[ QSA (0) ];
KSA (0) (Hd. Condr. J. P. Stark. A.S.C.)
QSA with clasps CC, OFS, Tr, TH, RoL crossed through on WO100/216p202a. KSA verified on WO100/350p382.
John Powning Stark was born in Onehunga, Auckland, New Zealand on 16 March 1868. He moved to Johannesburg, South Africa around 1896, eventually settling nearby in Springs. After serving as a civilian Head Conductor with the Army Service Corps during the Boer War, he became a businessman and landowner, and soon got involved in local politics, later serving as Mayor of Springs from 1914 to 1915. He died in 1950.
9394 DRIVER A.E.TARGETT: ARMY SERVICE CORPS ATTACHED TO 38TH BATTERY ROYAL FIELD ARTILLERY.
Driver A. E. Targett served with the Army Service Corps during the Anglo Boer War, and was attached to the 38th Battery Royal Field Artillery.
It was while on duty with the RFA that he was severely wounded at Kalkfontein on 16th September 1901.
His status as a casualty was reported in the "Daily News" on the 21st September 1901.
Also severely wounded on that day at Kalkfontein were 82421 Gunner A. Hodges also of 38th Battery RFA. 1839 Private C. Deverey of the 3rd Leinster Regiment was killed in action and 1237 Private M. Soctor of the same unit was dangerously wounded.
Perhaps as a result of being treated in a field hospital in unsanitary conditions, Targett unfortunately died of disease at Kimberley on 18th December 1901.
The Queen's South Africa medal awarded posthumously to Driver Targett bearing clasps Cape Colony, Orange Free State and Transvaal. Entitlement confirmed on WO100/212.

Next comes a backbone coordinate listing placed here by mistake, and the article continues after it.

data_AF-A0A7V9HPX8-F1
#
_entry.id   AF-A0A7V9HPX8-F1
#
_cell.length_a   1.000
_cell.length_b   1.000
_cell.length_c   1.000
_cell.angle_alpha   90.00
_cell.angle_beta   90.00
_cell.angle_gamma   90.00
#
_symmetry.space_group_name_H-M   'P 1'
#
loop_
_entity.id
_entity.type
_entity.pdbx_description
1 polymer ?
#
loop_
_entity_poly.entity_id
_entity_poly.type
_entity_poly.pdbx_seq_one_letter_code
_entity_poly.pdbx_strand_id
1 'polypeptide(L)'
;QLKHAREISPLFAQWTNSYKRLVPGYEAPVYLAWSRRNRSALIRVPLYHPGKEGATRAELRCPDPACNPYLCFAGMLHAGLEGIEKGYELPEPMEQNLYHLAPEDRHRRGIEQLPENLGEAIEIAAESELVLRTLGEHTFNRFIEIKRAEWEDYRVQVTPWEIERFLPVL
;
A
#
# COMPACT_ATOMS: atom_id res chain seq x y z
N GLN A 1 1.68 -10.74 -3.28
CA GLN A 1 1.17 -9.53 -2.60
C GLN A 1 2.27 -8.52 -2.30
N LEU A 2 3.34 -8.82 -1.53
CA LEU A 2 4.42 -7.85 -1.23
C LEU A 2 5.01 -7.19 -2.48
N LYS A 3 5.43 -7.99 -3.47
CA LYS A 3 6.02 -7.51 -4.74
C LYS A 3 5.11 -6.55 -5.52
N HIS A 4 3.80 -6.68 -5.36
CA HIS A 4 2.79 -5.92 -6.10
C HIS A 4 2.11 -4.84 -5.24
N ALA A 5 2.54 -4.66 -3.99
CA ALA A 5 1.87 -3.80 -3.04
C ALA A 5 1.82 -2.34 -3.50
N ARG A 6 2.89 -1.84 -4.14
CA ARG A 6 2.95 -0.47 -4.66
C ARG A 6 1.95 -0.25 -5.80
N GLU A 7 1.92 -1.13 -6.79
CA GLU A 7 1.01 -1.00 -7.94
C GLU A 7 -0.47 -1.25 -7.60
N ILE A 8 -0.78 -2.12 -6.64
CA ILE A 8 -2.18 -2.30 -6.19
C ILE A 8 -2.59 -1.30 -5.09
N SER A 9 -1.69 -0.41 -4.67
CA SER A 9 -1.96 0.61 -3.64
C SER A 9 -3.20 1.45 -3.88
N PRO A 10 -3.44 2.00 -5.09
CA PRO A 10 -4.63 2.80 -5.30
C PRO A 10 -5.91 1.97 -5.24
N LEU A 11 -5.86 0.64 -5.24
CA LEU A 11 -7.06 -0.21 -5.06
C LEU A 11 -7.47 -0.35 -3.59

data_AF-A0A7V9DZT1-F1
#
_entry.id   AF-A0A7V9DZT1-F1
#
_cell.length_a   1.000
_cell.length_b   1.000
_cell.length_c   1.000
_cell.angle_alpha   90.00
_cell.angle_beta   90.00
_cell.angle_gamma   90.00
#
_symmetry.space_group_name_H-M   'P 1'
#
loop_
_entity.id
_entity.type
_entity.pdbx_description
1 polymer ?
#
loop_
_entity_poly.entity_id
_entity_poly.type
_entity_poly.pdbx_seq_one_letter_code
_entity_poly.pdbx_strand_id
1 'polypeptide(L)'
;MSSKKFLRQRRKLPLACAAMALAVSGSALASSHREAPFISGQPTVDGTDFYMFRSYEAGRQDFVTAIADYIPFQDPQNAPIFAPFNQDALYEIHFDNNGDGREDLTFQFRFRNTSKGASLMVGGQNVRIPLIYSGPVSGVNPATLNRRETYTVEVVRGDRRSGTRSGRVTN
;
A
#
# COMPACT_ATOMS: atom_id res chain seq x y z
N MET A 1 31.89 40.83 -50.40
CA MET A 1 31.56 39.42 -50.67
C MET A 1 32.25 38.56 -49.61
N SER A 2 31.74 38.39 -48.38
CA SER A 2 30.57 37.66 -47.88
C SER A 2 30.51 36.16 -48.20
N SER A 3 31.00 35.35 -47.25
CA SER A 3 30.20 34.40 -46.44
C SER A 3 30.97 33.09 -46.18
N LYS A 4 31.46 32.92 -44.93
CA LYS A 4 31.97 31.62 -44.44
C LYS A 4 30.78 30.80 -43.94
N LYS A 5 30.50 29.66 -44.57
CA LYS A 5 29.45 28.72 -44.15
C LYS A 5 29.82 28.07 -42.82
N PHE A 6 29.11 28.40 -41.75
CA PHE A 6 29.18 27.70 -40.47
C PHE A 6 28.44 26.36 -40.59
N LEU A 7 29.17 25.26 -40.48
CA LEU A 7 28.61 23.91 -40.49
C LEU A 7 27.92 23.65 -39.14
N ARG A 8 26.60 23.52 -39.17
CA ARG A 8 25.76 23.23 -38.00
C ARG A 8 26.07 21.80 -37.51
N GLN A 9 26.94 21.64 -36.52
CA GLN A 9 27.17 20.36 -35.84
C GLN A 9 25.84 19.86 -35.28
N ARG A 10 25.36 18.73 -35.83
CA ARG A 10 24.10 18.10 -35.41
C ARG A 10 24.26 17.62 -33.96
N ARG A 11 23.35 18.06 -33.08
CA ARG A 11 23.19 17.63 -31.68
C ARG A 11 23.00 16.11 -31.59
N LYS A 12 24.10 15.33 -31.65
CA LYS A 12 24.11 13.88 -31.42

Impressed naming to the rim of his QSA.
His remains are interred at Kimberley West End Cemetery where he is commemorated on Monument 2.
He is further commemorated on the Army Service Corps memorial tablets at Saints Michael and George, Aldershot, Hampshire, England.
As a fatal casualty of the conflict, I can find no attestation papers etc for this man.
I cannot help but note the irony of his surname and the fact that he was severely wounded in action, which ultimately most likely led to his death.
Great medal to brave soldier; the good news is that I located his attestation papers. The pages are too big to load so I've sniped some relevant information; I'll have another crack later at loading the complete file:
Speak my name so that I may live again
The following user(s) said Thank You: djb, Moranthorse1
This has been my lucky day indeed to have a possible image of this soldier aswell.After my own preliminary searches for his attestation document failed to show anything, I assumed that his records had been destroyed with his death on duty.
I am still having difficulty in raising anything for him with FMP and Ancestry, so if you could please add what you have to his story that would be a great help.
I wonder if anyone on the forum knows anything about a skirmish/ambush/ event at Kalkfontein on September 16th 1901? Possibly one of those desperate hit and runs by the Boers and not recorded?
His commemoration on the ASC memorial at Aldershot, Hampshire which was his birth county is appropriate. His family were most likely present at it's unveiling ceremony.